And they kept coming…..

It’s not often that we have standing room only at St A’s even at major festivals.  The CWs were rather caught out and I was amused to see them squeezing the last few people into an already bulging church.  I loved it but I am not so sure the  rest of the congregation enjoyed having their space invaded. We are not overwhelmed by baptisms here so I am still able to have them in the main morning service.  I think it is important for both the families and for the congregation.  That way the child gets a proper welcome into the family of the church and the main congregation get a reminder of their baptism.  So far I have managed to resist the pressure to do private baptisms on a Sunday afternoon.

Now our congregtion knows what a really full church feels like.  My only regret is putting the baptisms into a family communion.  Even with explaining very carefully at every stage what was going on there weren’t many more taking communion than there is usually.  Out of a church of 120 about 50 took communion with small numbers coming for a blessing.

This makes me a bit sad.   I have something so precious that I can give them, a love that passes all understanding, and perhaps that is the rub; I’m not sure that folks fully understand what they are rejecting.  Is that down to my poor teaching?  I don’t think so. Only the Spirit can convict our hearts.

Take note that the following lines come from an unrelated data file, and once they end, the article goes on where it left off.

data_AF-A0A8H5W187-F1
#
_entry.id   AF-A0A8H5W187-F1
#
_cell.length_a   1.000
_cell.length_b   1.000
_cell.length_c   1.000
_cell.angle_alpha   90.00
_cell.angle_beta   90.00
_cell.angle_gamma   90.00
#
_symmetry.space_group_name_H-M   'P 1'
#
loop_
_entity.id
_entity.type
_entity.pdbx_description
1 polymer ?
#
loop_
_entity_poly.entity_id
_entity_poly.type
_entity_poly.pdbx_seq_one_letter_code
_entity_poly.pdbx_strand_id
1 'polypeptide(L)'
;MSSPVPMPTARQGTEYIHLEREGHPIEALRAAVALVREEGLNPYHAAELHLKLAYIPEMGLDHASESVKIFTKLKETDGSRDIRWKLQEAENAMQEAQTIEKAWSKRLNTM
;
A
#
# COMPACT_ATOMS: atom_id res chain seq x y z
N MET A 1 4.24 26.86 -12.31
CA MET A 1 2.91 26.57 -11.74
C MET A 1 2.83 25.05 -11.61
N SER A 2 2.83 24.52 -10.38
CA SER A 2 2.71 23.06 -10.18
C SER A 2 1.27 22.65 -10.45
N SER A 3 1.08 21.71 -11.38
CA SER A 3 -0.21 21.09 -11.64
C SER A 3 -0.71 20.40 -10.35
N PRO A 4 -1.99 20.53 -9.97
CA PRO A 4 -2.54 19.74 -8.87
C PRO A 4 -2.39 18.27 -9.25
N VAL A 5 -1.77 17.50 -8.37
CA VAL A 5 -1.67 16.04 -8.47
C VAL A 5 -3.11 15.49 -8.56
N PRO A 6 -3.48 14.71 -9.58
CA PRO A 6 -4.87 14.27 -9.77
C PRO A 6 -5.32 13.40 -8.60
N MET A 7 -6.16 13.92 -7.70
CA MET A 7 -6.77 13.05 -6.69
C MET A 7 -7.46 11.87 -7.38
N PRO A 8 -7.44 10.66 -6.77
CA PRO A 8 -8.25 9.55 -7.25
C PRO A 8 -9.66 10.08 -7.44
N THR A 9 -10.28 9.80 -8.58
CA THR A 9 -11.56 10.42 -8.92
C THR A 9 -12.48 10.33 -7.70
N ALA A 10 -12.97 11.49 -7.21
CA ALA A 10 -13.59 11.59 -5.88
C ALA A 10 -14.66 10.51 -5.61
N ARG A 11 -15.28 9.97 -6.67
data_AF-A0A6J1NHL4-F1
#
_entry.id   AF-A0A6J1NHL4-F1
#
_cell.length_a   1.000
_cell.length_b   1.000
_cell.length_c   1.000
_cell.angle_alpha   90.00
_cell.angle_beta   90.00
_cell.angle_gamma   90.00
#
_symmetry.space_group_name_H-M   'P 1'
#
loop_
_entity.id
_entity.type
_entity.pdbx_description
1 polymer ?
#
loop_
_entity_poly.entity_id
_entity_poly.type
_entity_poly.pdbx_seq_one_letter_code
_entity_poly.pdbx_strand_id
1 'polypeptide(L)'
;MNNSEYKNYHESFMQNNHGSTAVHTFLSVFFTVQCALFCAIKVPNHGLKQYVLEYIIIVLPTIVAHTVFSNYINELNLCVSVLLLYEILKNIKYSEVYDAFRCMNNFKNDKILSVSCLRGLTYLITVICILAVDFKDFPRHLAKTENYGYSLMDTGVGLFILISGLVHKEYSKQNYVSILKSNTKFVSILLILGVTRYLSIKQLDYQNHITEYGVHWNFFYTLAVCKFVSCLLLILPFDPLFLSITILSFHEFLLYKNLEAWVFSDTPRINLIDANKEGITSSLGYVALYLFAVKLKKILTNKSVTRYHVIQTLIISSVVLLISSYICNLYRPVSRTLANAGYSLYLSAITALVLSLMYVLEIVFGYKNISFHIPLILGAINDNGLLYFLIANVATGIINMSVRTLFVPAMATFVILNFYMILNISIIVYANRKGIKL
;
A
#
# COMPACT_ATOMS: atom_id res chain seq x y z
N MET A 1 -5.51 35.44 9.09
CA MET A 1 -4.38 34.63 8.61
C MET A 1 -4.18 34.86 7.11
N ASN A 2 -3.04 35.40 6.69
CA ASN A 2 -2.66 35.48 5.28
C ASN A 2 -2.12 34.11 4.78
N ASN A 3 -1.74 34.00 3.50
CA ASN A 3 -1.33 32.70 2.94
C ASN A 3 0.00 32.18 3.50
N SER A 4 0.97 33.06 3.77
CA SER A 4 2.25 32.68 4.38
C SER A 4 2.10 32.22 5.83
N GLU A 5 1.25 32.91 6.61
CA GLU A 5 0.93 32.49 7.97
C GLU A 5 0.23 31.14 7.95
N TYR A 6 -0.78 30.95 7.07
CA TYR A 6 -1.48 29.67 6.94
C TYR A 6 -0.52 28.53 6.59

In the ‘sermon’ I had all the children sat on kneelers in the chancel and I read from Quentin Blakes book ‘We all join in’.  We had fun looking at the quirky pictures and the congregation had fun with the children in shouting out the refrain, ‘We all join in’.  Except we didn’t! 

Here’s hoping that the love of God touched the hearts of the folks in other ways this Sunday.

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One Response to And they kept coming…..

  1. ric says:

    For large family baptisms I’ve started offering separate services, though it goes against the theological grain. In our small village churches they overwhelm the regular congregation who feel a bit pushed out. And since I am the only priest in the Benefice of 11 churches, baptisms have tended to be celebrated within the Sunday morning Eucharist – or even a BCP Holy Communion, with the result of blank expressions from the christening family as we get to the heart of the worship. I’ve even had some start to get up and leave at the offertory thinking that their part was all over. (They were swiftly disabused of that understanding!)
    In the few separate baptisms I’ve now done the families are much more at ease and I’m able to spend more time explaining the meaning of all the symbolism that takes place in the sacrament.
    The result? They’re happy. The regular congregation is happy. I just have to wait a bit longer for my lunchtime sherry!

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